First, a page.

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The four levels of WebSphere Application Server

To help you get a handle on the key differences of each, here's a look at the four levels of WAS.

Whatever your organization's needs, IBM probably has a WebSphere Application Server to meet them. But each level of the WAS V5 has significantly different pros and cons, so you need to take the time to get familiar with the features before you head off to "buy WebSphere."

To help you get a handle on the key differences of each, here's a look at the four levels of WAS.

WAS Express

This is the core of the WAS package, designed to be the lowest-cost, entry-level WebSphere package. Ideal for building dynamic Web applications, it's also a good base from which to conduct small pilot projects.

Express contains many of the development tools in WebSphere Studio, with a scaled-down version of WAS. Express supports the core J2EE standards such as Java Servlets and JavaServer Pages (JSPs). In keeping with IBMs focus on Web services, Express has extensive support for Web services standards including Simple Object Access Protocol (SOAP), Web Services Description Language (WSDL) and Universal Description, Discovery and Integration (UDDI).

Express is limited by the fact that it does not support Enterprise JavaBeans (EJBs), and also supports only a few database products, namely DB2 Universal Database, Informix, SQL Server, Sybase and Oracle, as well as DB2/400 on the iSeries platform.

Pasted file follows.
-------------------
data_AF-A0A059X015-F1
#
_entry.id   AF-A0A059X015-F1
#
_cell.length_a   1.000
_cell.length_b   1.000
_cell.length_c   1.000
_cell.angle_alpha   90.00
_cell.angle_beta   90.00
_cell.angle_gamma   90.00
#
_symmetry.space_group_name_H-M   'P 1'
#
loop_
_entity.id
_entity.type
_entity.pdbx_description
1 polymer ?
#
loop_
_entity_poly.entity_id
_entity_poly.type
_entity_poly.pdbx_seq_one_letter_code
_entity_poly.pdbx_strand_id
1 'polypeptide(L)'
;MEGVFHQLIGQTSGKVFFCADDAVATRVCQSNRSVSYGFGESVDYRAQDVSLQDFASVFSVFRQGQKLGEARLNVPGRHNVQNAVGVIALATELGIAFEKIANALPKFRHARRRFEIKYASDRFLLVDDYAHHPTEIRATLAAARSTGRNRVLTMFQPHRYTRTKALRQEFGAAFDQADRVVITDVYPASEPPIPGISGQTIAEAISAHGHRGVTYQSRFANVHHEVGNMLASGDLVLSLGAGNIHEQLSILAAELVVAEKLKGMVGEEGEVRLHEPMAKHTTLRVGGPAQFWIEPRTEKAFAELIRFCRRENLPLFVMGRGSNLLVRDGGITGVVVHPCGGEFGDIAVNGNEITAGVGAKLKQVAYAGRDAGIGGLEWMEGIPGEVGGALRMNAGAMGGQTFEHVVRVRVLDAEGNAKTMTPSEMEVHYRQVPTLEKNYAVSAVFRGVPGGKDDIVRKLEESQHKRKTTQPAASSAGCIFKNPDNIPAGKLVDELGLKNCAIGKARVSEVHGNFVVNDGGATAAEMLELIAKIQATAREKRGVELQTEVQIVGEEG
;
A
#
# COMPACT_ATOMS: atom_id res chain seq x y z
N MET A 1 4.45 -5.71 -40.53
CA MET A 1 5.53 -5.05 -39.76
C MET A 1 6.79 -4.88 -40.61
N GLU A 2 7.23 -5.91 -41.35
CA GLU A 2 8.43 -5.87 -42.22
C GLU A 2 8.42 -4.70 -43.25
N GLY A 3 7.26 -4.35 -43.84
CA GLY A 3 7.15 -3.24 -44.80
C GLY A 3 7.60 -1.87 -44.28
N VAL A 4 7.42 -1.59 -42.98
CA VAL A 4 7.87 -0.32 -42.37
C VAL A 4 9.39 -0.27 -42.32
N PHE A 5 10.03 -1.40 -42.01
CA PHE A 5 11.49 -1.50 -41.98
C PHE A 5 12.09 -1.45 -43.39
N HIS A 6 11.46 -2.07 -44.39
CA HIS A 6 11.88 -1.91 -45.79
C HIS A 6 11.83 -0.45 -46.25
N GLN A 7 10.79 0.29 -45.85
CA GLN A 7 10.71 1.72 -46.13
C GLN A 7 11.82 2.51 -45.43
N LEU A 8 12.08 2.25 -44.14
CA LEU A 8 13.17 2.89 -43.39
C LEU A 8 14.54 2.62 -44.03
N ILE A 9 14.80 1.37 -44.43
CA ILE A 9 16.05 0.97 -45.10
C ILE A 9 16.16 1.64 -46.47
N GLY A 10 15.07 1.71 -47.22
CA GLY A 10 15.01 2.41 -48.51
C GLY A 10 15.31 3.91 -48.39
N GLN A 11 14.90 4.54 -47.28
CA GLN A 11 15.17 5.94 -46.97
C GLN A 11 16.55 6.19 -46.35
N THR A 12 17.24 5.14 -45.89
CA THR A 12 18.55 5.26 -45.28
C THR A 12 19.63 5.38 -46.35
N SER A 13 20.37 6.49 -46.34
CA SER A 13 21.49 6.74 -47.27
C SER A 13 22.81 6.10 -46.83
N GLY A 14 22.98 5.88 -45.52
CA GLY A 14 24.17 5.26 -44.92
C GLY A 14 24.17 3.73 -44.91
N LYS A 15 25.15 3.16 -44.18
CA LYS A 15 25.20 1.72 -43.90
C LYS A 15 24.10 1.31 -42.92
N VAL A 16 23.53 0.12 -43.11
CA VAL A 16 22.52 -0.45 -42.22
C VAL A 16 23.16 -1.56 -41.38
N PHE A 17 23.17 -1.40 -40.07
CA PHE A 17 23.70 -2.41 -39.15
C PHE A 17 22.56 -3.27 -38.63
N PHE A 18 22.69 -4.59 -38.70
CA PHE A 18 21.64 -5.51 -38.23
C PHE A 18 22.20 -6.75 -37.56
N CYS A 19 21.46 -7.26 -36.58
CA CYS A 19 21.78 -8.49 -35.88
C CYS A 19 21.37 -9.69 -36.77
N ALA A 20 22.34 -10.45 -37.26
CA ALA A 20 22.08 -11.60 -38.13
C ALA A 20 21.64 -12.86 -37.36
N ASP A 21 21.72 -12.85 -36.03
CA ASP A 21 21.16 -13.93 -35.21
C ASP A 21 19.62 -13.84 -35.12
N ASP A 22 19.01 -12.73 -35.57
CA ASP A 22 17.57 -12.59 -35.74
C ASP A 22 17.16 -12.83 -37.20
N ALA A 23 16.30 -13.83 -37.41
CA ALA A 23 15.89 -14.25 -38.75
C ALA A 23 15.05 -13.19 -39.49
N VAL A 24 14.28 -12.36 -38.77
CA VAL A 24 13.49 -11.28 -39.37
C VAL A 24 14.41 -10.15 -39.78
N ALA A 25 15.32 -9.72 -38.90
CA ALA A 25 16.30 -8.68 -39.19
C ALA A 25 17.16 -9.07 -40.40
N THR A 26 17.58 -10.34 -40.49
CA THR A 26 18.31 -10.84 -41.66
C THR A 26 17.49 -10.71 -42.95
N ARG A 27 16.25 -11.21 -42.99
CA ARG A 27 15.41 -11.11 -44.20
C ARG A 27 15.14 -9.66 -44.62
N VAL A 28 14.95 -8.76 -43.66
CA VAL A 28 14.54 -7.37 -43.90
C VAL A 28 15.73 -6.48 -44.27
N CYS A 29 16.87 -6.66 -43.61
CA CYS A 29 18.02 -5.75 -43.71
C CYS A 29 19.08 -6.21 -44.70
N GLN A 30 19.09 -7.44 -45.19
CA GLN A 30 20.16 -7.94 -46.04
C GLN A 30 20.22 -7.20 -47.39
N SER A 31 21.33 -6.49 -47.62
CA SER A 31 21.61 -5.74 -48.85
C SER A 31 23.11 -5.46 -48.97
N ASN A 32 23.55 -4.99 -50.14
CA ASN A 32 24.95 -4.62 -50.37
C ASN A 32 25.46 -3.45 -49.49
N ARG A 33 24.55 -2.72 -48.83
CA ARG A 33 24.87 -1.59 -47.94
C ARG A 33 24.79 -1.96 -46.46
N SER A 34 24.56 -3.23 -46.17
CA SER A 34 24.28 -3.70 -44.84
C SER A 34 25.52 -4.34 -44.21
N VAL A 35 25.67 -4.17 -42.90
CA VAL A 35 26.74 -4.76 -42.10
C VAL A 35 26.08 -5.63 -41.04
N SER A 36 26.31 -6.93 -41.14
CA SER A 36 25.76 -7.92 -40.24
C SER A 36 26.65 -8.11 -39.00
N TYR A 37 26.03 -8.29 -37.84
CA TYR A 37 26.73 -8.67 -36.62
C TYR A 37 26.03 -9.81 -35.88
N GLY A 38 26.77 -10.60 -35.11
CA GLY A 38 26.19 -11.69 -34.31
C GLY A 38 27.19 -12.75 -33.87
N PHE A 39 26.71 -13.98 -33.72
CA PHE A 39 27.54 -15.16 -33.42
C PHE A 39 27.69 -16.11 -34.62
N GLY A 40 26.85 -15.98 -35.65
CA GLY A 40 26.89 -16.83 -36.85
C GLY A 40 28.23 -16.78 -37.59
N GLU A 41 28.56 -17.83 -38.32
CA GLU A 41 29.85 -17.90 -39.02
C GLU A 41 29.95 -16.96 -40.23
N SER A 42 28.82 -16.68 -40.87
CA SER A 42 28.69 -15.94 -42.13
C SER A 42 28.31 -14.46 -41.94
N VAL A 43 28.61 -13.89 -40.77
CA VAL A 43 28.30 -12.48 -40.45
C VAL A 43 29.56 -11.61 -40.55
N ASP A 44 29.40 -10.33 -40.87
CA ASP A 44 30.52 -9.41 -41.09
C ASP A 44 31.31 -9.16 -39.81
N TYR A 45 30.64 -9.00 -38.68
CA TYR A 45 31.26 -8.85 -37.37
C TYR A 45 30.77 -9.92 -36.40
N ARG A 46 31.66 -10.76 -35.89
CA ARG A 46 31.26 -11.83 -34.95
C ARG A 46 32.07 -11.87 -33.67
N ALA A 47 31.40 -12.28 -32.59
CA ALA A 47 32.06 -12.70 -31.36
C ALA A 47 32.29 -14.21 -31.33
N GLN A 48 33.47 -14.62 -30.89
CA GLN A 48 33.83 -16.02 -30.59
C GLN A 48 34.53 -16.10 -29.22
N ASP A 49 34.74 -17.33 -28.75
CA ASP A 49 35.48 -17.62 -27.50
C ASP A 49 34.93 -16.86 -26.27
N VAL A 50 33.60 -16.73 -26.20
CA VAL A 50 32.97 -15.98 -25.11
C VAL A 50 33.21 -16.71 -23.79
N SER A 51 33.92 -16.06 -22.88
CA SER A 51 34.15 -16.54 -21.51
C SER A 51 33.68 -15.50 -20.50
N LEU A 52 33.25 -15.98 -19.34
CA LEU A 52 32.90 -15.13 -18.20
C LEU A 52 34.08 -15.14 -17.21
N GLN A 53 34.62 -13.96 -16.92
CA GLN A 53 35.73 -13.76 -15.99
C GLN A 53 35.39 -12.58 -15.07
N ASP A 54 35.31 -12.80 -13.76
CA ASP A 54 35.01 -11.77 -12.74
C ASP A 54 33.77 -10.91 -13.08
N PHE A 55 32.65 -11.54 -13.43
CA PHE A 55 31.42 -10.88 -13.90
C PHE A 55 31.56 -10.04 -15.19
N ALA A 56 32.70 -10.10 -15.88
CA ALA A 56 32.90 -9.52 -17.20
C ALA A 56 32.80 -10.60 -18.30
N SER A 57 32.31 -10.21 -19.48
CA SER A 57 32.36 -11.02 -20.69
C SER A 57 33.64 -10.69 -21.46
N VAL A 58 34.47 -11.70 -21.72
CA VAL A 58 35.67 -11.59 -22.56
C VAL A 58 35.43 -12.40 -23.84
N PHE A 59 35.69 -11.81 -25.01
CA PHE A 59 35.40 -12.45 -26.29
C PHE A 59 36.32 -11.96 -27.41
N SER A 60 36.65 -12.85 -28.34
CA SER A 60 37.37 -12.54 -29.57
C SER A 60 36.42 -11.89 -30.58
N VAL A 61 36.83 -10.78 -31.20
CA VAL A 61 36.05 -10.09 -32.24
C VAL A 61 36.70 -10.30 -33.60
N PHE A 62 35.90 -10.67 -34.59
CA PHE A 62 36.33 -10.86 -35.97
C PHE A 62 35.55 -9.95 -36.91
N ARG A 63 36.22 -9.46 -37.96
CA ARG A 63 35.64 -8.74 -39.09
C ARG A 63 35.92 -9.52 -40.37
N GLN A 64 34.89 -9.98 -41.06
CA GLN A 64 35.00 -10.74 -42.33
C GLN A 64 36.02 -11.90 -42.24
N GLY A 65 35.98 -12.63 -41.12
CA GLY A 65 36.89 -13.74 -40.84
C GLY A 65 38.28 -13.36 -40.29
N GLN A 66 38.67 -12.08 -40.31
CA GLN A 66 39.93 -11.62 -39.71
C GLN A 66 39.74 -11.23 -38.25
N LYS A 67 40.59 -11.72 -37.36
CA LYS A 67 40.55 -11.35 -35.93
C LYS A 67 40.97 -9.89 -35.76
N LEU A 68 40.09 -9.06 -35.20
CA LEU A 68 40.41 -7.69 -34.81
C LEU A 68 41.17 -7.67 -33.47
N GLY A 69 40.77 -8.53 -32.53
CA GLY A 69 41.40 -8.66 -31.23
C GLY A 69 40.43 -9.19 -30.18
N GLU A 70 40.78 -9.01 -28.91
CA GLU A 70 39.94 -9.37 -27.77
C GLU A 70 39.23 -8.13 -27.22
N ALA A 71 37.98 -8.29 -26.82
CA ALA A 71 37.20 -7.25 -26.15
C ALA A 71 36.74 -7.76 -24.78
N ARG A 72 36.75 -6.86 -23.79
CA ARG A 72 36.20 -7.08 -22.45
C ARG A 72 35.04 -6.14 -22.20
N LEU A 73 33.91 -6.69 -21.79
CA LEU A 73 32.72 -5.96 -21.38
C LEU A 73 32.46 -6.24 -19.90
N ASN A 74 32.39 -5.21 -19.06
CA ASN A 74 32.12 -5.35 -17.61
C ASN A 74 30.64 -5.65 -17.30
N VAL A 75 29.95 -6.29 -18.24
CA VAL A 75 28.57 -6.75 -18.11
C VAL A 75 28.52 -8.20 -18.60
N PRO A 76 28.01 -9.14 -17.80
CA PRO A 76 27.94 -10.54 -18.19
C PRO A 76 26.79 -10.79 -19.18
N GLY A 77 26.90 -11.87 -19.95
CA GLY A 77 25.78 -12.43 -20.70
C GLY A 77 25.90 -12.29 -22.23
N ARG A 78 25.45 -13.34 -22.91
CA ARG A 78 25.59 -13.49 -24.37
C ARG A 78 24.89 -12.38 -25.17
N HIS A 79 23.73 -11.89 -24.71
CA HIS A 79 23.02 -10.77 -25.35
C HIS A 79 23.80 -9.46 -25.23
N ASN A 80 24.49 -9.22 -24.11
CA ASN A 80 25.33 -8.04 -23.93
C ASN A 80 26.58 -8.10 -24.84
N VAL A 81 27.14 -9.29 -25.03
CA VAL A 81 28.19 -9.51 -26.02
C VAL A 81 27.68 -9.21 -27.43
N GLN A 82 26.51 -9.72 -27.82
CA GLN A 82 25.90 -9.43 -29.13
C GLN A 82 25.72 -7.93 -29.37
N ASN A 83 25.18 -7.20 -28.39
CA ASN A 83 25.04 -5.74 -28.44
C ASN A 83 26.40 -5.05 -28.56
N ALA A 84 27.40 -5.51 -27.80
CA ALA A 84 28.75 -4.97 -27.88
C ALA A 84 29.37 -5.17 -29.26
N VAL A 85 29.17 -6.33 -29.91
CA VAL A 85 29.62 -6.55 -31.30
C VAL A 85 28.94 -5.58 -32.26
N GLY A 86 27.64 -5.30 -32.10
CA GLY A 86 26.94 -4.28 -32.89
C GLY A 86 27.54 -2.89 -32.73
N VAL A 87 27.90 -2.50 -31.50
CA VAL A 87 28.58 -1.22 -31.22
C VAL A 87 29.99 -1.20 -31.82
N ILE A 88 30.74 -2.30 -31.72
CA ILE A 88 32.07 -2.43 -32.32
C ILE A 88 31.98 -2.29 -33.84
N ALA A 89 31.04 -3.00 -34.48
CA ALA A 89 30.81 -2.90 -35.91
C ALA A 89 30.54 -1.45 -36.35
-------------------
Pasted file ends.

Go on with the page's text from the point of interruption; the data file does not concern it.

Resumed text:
Also, it comes with an embedded HTTP server, which is both convenient and limiting, since the embedded server can handle between 10 and 20 concurrent users as a general rule of thumb. You can't add an external Web server to expand that number either, as Express doesn't support external Web servers. Worse, for Domino shops, Express does not integrate with the Domino HTTP server, which seriously limits the integration between WebSphere and Domino.

But, again, for modest Web application or pilot projects or as a cheap way to put a toe into the WebSphere waters, this is a good version, and applications developed on it can be seamlessly moved to other versions of WAS.

WAS Base

Otherwise known as simply the "WebSphere Application Server," this basic version builds on Express and is optimized for ease of administration for small and mid-sized environments.

For those of you familiar with WebSphere V4, the V5 Base edition is similar to V4 Advanced Single Server. Base extends Express with full support for the J2EE 1.3 platform -- including EJBs -- as well as for external HTTP servers -- such as Domino -- and a wider range of databases.

It also boasts a few enterprise-level features such as remote administration across firewalls, support for the Common Secure Interoperability (CSI) and Java Cryptographic Extension (JCE) security standards, as well as dynamic caching for better performance.

Its chief drawback is scalability. Aimed at implementations with between 50 and 100 concurrent users, the WAS Base runs on a single server and has limited scalability; it is therefore not suitable for mission-critical applications that must provide 24 x 7 x 365 uninterrupted service.

WAS Network Deployment